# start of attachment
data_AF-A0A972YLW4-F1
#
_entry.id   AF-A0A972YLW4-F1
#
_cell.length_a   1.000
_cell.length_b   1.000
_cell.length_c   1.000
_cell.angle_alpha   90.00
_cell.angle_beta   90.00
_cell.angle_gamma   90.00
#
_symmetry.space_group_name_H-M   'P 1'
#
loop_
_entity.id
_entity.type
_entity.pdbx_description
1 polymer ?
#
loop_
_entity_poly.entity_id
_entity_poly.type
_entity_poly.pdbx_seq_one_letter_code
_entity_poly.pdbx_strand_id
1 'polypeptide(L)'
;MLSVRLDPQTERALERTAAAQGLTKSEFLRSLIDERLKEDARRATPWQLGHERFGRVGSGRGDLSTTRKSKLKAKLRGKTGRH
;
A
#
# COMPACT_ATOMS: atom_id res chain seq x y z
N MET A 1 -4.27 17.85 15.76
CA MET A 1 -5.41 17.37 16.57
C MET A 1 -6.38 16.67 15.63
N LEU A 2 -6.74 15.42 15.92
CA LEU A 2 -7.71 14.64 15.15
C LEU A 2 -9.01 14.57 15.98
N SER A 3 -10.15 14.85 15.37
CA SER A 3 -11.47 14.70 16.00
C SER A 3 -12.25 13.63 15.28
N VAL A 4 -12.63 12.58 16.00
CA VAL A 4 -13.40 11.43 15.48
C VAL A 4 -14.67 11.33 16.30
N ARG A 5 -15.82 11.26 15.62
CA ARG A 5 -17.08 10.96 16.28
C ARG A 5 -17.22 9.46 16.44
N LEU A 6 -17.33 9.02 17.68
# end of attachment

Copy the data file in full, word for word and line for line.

data_AF-A0A972YLW4-F1
#
_entry.id   AF-A0A972YLW4-F1
#
_cell.length_a   1.000
_cell.length_b   1.000
_cell.length_c   1.000
_cell.angle_alpha   90.00
_cell.angle_beta   90.00
_cell.angle_gamma   90.00
#
_symmetry.space_group_name_H-M   'P 1'
#
loop_
_entity.id
_entity.type
_entity.pdbx_description
1 polymer ?
#
loop_
_entity_poly.entity_id
_entity_poly.type
_entity_poly.pdbx_seq_one_letter_code
_entity_poly.pdbx_strand_id
1 'polypeptide(L)'
;MLSVRLDPQTERALERTAAAQGLTKSEFLRSLIDERLKEDARRATPWQLGHERFGRVGSGRGDLSTTRKSKLKAKLRGKTGRH
;
A
#
# COMPACT_ATOMS: atom_id res chain seq x y z
N MET A 1 -4.27 17.85 15.76
CA MET A 1 -5.41 17.37 16.57
C MET A 1 -6.38 16.67 15.63
N LEU A 2 -6.74 15.42 15.92
CA LEU A 2 -7.71 14.64 15.15
C LEU A 2 -9.01 14.57 15.98
N SER A 3 -10.15 14.85 15.37
CA SER A 3 -11.47 14.70 16.00
C SER A 3 -12.25 13.63 15.28
N VAL A 4 -12.63 12.58 16.00
CA VAL A 4 -13.40 11.43 15.48
C VAL A 4 -14.67 11.33 16.30
N ARG A 5 -15.82 11.26 15.62
CA ARG A 5 -17.08 10.96 16.28
C ARG A 5 -17.22 9.46 16.44
N LEU A 6 -17.33 9.02 17.68